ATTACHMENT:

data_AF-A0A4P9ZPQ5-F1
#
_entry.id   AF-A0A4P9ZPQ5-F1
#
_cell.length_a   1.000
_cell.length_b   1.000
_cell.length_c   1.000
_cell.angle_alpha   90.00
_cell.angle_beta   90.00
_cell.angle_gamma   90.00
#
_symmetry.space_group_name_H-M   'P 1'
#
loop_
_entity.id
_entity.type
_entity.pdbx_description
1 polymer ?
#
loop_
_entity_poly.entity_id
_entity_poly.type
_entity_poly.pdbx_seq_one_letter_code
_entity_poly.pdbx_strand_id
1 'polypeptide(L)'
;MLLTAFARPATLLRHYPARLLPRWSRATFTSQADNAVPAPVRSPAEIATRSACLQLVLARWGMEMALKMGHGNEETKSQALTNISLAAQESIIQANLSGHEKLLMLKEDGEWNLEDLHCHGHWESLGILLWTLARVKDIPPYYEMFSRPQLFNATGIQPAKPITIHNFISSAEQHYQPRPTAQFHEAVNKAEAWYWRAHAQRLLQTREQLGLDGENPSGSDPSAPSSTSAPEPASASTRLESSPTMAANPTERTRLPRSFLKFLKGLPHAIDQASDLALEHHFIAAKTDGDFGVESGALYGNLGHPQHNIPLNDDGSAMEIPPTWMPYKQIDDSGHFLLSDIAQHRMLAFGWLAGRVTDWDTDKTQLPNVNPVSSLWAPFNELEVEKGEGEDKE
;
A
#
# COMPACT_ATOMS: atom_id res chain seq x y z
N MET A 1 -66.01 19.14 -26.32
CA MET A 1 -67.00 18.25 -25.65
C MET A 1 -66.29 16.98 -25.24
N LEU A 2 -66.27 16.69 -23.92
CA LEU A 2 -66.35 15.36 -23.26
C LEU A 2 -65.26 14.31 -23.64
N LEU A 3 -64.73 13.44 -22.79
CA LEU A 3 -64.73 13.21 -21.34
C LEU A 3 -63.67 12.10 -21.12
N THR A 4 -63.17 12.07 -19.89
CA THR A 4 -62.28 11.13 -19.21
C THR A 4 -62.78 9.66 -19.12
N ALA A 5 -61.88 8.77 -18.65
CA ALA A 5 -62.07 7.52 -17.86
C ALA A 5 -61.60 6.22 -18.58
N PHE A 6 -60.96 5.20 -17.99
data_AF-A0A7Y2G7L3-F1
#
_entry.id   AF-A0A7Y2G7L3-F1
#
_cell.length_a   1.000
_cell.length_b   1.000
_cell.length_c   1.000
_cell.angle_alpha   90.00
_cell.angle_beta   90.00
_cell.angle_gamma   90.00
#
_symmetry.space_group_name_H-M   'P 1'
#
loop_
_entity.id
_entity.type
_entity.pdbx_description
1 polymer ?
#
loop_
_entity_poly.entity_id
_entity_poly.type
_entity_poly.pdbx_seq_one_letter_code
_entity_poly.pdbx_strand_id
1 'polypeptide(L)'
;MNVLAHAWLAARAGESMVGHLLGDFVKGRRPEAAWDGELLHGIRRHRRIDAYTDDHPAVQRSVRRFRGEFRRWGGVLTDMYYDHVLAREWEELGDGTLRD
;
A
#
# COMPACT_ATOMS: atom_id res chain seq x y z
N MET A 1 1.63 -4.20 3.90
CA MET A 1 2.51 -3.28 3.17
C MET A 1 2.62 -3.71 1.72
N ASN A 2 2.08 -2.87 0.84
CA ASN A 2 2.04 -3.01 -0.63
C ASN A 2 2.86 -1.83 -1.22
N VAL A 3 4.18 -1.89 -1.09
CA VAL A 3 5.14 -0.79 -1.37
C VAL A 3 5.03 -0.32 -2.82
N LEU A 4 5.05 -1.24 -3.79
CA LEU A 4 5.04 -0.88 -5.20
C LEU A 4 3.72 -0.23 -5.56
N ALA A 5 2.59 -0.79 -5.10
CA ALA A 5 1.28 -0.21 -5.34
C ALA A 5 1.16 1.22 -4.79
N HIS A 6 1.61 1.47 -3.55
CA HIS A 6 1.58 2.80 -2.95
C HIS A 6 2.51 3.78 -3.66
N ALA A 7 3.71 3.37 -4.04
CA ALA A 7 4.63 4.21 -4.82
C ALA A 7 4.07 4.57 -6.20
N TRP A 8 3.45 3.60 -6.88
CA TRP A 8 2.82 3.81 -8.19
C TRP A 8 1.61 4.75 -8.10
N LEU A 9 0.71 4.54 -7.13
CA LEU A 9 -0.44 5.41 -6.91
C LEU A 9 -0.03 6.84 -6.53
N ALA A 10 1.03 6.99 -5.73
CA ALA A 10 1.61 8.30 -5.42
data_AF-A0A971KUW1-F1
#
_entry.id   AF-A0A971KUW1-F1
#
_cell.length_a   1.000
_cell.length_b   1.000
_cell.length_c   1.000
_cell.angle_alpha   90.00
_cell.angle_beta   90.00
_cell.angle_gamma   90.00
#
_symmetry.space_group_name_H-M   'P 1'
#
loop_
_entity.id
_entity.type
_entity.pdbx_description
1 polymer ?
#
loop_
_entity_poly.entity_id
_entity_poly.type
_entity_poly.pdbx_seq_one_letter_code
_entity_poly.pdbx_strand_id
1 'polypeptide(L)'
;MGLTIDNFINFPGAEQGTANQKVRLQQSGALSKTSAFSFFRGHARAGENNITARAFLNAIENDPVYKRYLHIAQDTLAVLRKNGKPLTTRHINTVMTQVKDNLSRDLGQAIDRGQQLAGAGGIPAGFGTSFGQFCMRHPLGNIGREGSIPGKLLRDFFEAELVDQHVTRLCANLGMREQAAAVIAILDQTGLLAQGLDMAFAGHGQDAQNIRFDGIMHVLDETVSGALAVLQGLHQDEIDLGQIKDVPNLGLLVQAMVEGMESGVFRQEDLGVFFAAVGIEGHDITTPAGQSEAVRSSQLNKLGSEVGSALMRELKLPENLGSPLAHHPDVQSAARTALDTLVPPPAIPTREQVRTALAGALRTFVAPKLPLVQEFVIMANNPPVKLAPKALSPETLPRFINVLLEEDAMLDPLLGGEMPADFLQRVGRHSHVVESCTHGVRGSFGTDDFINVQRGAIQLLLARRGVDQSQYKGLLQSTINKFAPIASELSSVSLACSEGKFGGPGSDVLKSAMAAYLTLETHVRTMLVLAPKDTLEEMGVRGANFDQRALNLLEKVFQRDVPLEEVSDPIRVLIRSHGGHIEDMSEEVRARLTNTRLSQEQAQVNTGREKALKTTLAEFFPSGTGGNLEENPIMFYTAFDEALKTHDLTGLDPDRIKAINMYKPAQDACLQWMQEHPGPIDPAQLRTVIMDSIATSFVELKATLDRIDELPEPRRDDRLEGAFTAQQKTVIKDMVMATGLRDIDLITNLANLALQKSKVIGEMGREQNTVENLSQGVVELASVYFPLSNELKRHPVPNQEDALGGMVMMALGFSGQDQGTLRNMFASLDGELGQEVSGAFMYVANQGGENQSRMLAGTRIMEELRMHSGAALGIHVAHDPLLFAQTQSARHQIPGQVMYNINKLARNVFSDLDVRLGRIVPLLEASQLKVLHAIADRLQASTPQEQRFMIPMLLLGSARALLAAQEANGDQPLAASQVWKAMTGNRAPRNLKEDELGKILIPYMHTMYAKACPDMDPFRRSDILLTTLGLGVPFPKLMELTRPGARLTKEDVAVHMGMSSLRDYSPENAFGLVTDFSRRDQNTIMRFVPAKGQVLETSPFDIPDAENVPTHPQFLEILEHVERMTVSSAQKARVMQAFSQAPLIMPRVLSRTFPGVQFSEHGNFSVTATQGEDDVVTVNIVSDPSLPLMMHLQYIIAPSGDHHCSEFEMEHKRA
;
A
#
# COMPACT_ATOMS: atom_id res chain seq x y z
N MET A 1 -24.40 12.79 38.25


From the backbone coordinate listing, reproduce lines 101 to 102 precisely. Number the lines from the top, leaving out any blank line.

N LEU A 9 0.71 4.54 -7.13
CA LEU A 9 -0.44 5.41 -6.91